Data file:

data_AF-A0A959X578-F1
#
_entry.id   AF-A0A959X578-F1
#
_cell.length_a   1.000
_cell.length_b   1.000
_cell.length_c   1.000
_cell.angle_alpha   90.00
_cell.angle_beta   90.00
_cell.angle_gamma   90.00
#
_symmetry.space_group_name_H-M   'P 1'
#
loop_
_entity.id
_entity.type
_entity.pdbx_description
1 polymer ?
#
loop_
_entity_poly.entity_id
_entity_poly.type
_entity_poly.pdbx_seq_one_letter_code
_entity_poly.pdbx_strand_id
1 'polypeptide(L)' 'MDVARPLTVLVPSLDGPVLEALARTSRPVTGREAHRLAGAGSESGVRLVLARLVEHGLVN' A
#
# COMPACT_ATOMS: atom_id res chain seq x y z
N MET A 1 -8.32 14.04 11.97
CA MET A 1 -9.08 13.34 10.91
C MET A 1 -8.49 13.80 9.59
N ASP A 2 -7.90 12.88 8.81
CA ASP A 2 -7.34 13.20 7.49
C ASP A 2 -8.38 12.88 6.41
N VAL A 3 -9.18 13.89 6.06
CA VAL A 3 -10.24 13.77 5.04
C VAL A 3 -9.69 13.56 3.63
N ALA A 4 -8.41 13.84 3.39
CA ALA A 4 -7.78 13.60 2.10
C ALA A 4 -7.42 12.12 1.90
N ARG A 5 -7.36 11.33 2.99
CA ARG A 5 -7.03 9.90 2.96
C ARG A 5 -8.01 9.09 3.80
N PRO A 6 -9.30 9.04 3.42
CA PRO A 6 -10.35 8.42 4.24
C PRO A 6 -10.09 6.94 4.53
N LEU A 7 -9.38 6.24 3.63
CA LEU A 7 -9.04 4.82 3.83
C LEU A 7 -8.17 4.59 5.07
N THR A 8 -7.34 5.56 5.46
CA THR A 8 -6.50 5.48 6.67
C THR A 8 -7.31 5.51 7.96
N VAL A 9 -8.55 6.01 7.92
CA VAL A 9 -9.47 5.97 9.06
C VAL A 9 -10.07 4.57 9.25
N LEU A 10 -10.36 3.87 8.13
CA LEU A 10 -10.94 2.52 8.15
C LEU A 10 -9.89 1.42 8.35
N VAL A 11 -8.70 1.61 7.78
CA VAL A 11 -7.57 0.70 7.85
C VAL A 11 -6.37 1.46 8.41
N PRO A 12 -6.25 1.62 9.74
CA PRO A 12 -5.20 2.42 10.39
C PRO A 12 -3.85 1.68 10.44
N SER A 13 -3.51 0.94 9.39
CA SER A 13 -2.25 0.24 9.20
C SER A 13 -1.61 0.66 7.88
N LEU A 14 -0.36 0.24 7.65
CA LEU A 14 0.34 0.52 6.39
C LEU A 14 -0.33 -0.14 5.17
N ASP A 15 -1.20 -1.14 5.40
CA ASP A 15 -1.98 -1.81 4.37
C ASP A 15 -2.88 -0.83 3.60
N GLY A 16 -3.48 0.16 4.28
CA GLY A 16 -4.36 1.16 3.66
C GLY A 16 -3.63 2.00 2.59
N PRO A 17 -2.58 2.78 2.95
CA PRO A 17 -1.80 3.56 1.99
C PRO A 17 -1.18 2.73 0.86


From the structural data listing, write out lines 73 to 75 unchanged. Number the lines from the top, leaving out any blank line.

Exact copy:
N GLY A 16 -3.48 0.16 4.28
CA GLY A 16 -4.36 1.16 3.66
C GLY A 16 -3.63 2.00 2.59